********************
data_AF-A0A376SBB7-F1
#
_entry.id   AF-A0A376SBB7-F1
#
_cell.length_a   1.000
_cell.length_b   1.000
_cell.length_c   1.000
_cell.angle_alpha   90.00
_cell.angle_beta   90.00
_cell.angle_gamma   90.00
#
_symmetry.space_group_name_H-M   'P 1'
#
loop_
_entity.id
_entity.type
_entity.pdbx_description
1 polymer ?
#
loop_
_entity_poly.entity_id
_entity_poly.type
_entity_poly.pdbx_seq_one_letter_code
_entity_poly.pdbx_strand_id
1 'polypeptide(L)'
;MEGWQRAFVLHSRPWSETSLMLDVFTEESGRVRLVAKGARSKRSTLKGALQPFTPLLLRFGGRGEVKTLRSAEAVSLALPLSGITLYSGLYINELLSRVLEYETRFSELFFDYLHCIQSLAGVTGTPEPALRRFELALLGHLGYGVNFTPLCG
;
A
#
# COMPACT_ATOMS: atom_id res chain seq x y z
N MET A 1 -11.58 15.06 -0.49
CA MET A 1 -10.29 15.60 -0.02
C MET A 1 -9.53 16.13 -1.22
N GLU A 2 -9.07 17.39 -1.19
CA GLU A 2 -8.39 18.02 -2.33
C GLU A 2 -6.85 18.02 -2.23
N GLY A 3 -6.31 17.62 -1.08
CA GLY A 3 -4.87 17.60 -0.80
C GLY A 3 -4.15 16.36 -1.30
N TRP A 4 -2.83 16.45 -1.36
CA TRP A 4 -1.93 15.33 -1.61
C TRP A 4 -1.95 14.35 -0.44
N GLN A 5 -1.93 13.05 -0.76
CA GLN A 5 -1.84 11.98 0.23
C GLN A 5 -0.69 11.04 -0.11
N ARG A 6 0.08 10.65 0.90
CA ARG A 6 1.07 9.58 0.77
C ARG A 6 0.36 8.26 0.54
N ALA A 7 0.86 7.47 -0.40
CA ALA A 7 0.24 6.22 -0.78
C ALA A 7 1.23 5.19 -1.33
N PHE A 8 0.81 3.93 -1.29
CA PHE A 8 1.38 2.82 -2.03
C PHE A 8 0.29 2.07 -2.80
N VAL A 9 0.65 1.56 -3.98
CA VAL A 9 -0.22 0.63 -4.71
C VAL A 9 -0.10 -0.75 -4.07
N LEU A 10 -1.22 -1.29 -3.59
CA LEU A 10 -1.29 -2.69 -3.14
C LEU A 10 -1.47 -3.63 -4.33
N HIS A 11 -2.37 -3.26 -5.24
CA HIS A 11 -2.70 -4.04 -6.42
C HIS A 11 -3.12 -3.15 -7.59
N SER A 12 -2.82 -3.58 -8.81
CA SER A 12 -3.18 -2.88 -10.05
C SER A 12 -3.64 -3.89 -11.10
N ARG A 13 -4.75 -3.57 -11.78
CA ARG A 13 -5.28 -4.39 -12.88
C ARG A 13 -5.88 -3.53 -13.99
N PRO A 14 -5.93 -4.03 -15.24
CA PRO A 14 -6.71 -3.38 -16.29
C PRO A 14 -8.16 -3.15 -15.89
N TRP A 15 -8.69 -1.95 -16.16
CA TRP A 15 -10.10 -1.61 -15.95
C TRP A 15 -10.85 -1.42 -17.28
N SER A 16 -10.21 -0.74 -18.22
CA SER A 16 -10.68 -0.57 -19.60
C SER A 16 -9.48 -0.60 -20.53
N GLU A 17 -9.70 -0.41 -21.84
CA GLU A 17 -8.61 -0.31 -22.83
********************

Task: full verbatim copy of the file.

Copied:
data_AF-A0A376SBB7-F1
#
_entry.id   AF-A0A376SBB7-F1
#
_cell.length_a   1.000
_cell.length_b   1.000
_cell.length_c   1.000
_cell.angle_alpha   90.00
_cell.angle_beta   90.00
_cell.angle_gamma   90.00
#
_symmetry.space_group_name_H-M   'P 1'
#
loop_
_entity.id
_entity.type
_entity.pdbx_description
1 polymer ?
#
loop_
_entity_poly.entity_id
_entity_poly.type
_entity_poly.pdbx_seq_one_letter_code
_entity_poly.pdbx_strand_id
1 'polypeptide(L)'
;MEGWQRAFVLHSRPWSETSLMLDVFTEESGRVRLVAKGARSKRSTLKGALQPFTPLLLRFGGRGEVKTLRSAEAVSLALPLSGITLYSGLYINELLSRVLEYETRFSELFFDYLHCIQSLAGVTGTPEPALRRFELALLGHLGYGVNFTPLCG
;
A
#
# COMPACT_ATOMS: atom_id res chain seq x y z
N MET A 1 -11.58 15.06 -0.49
CA MET A 1 -10.29 15.60 -0.02
C MET A 1 -9.53 16.13 -1.22
N GLU A 2 -9.07 17.39 -1.19
CA GLU A 2 -8.39 18.02 -2.33
C GLU A 2 -6.85 18.02 -2.23
N GLY A 3 -6.31 17.62 -1.08
CA GLY A 3 -4.87 17.60 -0.80
C GLY A 3 -4.15 16.36 -1.30
N TRP A 4 -2.83 16.45 -1.36
CA TRP A 4 -1.93 15.33 -1.61
C TRP A 4 -1.95 14.35 -0.44
N GLN A 5 -1.93 13.05 -0.76
CA GLN A 5 -1.84 11.98 0.23
C GLN A 5 -0.69 11.04 -0.11
N ARG A 6 0.08 10.65 0.90
CA ARG A 6 1.07 9.58 0.77
C ARG A 6 0.36 8.26 0.54
N ALA A 7 0.86 7.47 -0.40
CA ALA A 7 0.24 6.22 -0.78
C ALA A 7 1.23 5.19 -1.33
N PHE A 8 0.81 3.93 -1.29
CA PHE A 8 1.38 2.82 -2.03
C PHE A 8 0.29 2.07 -2.80
N VAL A 9 0.65 1.56 -3.98
CA VAL A 9 -0.22 0.63 -4.71
C VAL A 9 -0.10 -0.75 -4.07
N LEU A 10 -1.22 -1.29 -3.59
CA LEU A 10 -1.29 -2.69 -3.14
C LEU A 10 -1.47 -3.63 -4.33
N HIS A 11 -2.37 -3.26 -5.24
CA HIS A 11 -2.70 -4.04 -6.42
C HIS A 11 -3.12 -3.15 -7.59
N SER A 12 -2.82 -3.58 -8.81
CA SER A 12 -3.18 -2.88 -10.05
C SER A 12 -3.64 -3.89 -11.10
N ARG A 13 -4.75 -3.57 -11.78
CA ARG A 13 -5.28 -4.39 -12.88
C ARG A 13 -5.88 -3.53 -13.99
N PRO A 14 -5.93 -4.03 -15.24
CA PRO A 14 -6.71 -3.38 -16.29
C PRO A 14 -8.16 -3.15 -15.89
N TRP A 15 -8.69 -1.95 -16.16
CA TRP A 15 -10.10 -1.61 -15.95
C TRP A 15 -10.85 -1.42 -17.28
N SER A 16 -10.21 -0.74 -18.22
CA SER A 16 -10.68 -0.57 -19.60
C SER A 16 -9.48 -0.60 -20.53
N GLU A 17 -9.70 -0.41 -21.84
CA GLU A 17 -8.61 -0.31 -22.83